Portuguese National Library
The book "The Forgotten Portuguese" is now available at the Biblioteca Nacional in Lisbon, Portugal.


This Portuguese language newspaper published in Newark, NJ has recently received a letter from one of its readers, John Crisostomo where it mentions the following: The reading of the book "The Forgotten Portuese" whose publication is welcomed thus strengthening the important participation  of the Portuguese in the American society.


Franklin, North Carolina, Franklin Press, December 5, 1997 How did Melungeons get here?  By Barbara McRae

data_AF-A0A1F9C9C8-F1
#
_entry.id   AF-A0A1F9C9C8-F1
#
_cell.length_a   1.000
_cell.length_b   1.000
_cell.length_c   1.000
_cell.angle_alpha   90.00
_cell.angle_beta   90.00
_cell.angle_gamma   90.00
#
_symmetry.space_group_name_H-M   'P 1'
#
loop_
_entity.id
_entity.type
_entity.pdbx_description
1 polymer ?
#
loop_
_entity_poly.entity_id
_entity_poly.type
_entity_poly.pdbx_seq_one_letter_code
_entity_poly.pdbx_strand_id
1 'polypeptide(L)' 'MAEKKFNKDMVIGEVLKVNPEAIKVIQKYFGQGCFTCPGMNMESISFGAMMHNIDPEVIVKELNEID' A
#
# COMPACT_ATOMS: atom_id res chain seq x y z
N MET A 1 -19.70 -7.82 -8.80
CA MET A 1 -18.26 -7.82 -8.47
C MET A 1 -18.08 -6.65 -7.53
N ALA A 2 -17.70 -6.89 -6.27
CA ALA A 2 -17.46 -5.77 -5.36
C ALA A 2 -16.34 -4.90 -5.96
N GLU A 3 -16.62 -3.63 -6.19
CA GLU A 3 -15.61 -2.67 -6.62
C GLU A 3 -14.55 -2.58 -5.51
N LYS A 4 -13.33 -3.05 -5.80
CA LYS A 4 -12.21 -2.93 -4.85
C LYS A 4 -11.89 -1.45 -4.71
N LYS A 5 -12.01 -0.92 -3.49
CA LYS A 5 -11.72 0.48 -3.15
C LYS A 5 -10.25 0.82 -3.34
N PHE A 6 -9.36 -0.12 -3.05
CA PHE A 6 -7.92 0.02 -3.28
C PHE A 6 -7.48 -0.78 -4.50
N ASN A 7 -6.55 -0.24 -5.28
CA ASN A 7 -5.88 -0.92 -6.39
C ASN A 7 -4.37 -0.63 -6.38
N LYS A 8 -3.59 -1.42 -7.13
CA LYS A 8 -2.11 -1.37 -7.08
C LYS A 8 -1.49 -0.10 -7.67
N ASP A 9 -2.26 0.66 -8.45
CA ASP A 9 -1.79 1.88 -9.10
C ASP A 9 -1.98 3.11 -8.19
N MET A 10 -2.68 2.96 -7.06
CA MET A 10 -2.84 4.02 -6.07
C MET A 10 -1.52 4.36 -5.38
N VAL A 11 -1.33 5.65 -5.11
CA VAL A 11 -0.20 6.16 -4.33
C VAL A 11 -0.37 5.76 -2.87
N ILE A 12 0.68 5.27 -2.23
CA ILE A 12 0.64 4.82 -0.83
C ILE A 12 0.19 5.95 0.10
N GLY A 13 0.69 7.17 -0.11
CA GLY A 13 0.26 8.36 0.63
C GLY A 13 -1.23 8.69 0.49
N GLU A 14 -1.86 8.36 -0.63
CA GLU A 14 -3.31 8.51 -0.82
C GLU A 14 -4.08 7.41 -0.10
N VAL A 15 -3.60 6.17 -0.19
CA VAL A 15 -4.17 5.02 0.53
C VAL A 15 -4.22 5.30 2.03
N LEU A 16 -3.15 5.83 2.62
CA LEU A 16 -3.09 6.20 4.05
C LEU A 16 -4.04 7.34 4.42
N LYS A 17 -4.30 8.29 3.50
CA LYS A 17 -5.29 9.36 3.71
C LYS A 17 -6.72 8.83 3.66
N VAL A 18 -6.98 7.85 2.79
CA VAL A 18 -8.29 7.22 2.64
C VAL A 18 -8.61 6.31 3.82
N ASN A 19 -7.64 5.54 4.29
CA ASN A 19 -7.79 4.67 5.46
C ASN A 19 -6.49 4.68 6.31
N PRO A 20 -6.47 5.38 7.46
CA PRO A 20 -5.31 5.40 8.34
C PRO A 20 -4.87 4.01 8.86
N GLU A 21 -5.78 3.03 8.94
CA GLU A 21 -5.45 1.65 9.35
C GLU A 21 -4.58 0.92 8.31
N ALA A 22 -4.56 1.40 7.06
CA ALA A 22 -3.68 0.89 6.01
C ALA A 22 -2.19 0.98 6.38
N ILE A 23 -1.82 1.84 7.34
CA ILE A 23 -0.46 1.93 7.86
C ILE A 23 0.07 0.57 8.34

I've always found a good mystery irresistible. Perhaps that is why I love history it is filled with complex, real-life mysteries. The Melungeons present one of the most fascinating of these. For many years a people known as the Melungeons have lived in parts of the Southeast including the Appalachians. They often found themselves in a difficult position because of their Mediterranean appearance. In the segregated South having darker skin than your neighbors was not a comfortable thing. These people thought of themselves as Portuguese but, how did they get to the mountains? Articles and books about the Melungeons began appearing a century ago, but the authors lacked one important qualification. None were familiar with Portuguese culture or history. A few years ago I mentioned the Melungeons to Manuel Mira, who was look for material on our region for the Luso-Americano, a Portuguese-American newspaper. That brief comment was a spark that started an incredible explosion of investigative scholarship on Mira's part. The result is a 384-page, hard cover book, "The Forgotten Portuguese," which I have had the chance to study this week. The biggest mystery about the Melungeons is When did they get here, and how? Mira presents many possibilities. The Portuguese were frequent visitors to the New World. They early developed navigational skills that made them masters of the seas. Concerned with secrecy, they kept their discoveries to themselves. Other nationalities, including the English, often hired Portuguese navigators for their own expeditions. The Spaniards brought many Portuguese to the New World they traveled with de Soto and may have been left to guard the forts. Pardo built in the interior (one of which may have been located near Morganton). In 1566, the Spanish began colonizing Parris Island, on the South Carolina coast. Within three years, 327 settlers Spanish and Portuguese lived at the site, which called Santa Elena. The settlement ended in 1587, but not all the settlers returned home.